Monday, 11 April 2011


Last week I wrote a short piece about the two different styles of political economy writers. I noted that they can take a cautious approach, or be more bombastic and forthright. On reading this, a friend noted this was a quite a difficult distinction to draw, and it was “a bit subtle”.

As this person has an interest in science, I got to thinking that a better word for someone taking the latter approach is often “crank”. In the world of science and medicine, cranks routinely emerge but are usually (sometimes after a period of time) pushed out of normal discourse. If cranks do get taken seriously, and cause harm, then there are a number of institutional mechanisms to eradicate their influence and there is an effort to correct mistakes.

The recent case of Andrew Wakefield and the MMR scare is a good example of this. Mr. Wakefield’s views were, for media-related reasons, taken seriously for a while until eventually he was exposed as a crank. In 2010 he was struck off by the General Medical Council.

Another was the example of Simon Winchester, a science writer. Mr. Winchester wrote an article for Newsweek on 13 March claiming that “The Scariest Earthquake is Yet to Come”. It didn’t take long for geologists to reject Mr. Winchester’s claims, and though his “bogus claim” was picked up by many news sources in the US, punch in “Simon Winchester” and “bogus” to Google and you can see the world of science fighting back.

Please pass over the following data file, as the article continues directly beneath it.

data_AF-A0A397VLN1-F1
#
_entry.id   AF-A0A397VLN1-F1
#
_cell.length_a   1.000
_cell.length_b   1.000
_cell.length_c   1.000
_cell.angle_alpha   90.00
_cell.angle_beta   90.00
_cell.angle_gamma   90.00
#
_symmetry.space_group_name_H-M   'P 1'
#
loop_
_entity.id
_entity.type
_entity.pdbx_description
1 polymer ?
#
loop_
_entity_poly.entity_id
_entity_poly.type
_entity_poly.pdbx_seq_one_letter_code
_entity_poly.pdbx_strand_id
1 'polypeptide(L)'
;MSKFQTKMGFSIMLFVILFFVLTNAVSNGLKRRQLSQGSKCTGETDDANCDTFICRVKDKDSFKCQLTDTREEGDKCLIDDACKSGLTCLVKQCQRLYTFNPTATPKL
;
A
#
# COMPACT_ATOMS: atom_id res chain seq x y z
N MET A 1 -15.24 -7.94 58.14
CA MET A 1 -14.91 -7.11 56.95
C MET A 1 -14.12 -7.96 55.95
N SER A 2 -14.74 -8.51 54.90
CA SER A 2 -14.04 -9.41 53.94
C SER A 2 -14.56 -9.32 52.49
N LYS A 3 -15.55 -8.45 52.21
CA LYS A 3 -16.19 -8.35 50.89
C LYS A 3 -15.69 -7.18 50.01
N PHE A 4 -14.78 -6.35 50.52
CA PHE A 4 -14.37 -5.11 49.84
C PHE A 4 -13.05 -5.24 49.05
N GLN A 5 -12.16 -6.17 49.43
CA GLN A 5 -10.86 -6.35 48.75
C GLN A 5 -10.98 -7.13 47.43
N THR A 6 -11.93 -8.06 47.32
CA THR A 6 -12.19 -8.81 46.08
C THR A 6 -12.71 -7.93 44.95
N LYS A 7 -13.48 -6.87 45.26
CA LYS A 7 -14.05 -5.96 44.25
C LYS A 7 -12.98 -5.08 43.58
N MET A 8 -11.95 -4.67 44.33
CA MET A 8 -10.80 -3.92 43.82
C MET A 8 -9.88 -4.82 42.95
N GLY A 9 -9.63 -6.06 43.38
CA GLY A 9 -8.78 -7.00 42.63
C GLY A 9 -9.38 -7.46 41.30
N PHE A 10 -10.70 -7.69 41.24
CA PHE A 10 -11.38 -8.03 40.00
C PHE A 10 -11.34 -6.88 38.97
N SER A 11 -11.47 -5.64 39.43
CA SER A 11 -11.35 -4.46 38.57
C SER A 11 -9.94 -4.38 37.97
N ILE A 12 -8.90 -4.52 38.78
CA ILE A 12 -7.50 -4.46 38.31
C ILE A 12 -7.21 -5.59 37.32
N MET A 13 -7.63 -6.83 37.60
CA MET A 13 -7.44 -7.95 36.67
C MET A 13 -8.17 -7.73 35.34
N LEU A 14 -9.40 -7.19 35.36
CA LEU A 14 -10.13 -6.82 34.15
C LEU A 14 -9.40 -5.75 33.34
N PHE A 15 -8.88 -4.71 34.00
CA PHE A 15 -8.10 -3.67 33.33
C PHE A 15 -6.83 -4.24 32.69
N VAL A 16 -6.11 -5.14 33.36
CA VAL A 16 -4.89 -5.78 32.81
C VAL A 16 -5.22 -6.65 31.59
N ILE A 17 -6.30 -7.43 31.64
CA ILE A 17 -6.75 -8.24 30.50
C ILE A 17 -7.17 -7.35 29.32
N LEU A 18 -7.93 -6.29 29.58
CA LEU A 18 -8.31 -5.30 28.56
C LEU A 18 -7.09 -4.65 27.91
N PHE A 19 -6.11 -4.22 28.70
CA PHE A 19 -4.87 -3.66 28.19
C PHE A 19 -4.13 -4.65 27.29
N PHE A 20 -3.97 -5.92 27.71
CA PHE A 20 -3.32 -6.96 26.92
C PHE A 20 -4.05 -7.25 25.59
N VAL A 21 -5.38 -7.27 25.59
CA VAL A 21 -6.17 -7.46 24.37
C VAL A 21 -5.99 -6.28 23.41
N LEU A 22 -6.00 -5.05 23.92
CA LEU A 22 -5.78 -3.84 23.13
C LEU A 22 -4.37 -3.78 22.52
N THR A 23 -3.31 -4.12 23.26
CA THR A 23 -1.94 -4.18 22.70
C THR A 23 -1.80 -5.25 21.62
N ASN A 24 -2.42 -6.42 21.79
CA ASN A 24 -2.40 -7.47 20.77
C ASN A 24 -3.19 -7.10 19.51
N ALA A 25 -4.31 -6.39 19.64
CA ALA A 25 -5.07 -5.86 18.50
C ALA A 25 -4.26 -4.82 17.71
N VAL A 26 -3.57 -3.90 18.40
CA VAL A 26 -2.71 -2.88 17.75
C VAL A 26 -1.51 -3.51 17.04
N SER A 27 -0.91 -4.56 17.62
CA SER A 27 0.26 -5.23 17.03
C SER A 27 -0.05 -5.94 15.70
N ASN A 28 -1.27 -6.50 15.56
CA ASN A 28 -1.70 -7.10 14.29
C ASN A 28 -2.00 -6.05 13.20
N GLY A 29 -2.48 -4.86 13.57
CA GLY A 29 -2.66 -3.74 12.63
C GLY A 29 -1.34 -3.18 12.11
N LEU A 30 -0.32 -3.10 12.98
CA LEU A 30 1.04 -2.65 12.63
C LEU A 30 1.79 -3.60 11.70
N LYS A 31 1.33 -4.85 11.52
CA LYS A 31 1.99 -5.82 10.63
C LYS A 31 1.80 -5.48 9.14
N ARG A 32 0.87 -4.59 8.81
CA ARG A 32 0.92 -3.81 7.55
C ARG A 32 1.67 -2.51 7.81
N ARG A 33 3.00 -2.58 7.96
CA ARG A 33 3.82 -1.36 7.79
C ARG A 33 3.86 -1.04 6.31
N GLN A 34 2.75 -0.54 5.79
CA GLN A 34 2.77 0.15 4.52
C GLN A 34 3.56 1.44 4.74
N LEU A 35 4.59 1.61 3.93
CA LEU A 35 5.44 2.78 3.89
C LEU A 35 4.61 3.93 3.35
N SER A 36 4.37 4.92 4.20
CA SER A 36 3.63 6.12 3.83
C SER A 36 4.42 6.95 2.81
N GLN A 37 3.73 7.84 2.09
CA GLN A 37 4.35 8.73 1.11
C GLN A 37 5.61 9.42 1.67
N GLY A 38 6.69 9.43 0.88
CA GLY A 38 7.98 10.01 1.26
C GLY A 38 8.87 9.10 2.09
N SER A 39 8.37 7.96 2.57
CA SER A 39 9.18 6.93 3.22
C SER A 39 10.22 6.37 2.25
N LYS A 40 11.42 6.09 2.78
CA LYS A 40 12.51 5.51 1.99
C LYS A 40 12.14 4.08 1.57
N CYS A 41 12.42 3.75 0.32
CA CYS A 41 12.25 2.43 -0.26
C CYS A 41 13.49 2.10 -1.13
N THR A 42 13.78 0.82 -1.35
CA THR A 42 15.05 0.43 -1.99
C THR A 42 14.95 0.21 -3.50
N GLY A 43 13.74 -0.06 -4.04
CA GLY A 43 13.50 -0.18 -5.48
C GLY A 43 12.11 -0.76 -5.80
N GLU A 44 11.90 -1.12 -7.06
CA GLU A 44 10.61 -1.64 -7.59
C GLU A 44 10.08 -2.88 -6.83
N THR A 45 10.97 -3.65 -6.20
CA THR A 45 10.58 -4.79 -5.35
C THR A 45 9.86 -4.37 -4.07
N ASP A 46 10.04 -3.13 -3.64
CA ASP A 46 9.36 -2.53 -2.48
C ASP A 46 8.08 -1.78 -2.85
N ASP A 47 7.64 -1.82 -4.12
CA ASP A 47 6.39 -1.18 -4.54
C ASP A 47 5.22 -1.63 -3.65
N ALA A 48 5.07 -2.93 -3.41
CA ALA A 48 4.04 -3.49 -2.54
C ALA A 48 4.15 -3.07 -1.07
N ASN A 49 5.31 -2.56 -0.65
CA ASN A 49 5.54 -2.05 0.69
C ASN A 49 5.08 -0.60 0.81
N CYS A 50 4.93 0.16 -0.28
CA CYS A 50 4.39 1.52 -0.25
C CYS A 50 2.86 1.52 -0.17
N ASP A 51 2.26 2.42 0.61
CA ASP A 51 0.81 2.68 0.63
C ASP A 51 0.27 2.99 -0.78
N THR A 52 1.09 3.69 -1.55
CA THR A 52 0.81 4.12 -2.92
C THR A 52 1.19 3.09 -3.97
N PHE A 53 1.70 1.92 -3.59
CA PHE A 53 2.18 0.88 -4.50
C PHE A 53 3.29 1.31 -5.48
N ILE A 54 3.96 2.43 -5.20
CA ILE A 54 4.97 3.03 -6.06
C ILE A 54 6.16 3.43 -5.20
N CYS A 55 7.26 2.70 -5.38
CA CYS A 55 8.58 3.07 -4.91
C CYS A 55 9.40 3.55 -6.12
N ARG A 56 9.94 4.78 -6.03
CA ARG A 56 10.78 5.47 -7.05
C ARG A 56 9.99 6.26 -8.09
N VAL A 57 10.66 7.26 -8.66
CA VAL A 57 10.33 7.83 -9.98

Politics and finance does not have the same process.  Indeed, often the most sensationalist ideas get picked up while the accurate ones are ignored. The list of cranks writing about political economy, particularly after the financial crash, is long, and many get a lot of attention. However, there is no mechanism or culture of correcting mistakes. People with silly views of the world usually remain uncorrected.

One of the most forthright of these is Johann Hari, the Independent columnist. Here’s an example of what he does. He wrote a story for the Huffington Post in December declaring: “The Banks Have Not Been Reregulated by Our Corrupt Politicians. So Get Ready for the Next Crash”. There was little in the story that was accurate, neither in his general assertions or the details provided.

As an example, to justify the claim that “the banks have not been reregulated”, he said that: “Most economists believe the banks need to hold capital reserves of 30 percent to protect against another crash. The new rules say they have to hold 3 percent, by 2019, if you wouldn't mind awfully.”

Neither of these claims are any way near true. “Most economists” wouldn’t claim a 30% capital ratio to be desirable, and even the article he links as a source doesn’t say this (“equity requirements need to be very much higher, perhaps as high as 20 or 30 per cent”) and he’s the only writer I’ve seen suggesting such a high number. His second point about the “new rules” refers to Basel III, which states that banks have to hold 7% by 2019 not 3%. (As an FYI, today’s ICB report on UK banking says the figure for retail banks should be 10%.)

I wrote to Mr. Hari asking him if he could point me towards his sources for these claims. I didn’t get a response. The article was widely republished and remains on his website, uncorrected (September 2011 update: the article has been removed from his website between July and September 2011). General readers will never realise that the article was misleading and its key facts were wrong.

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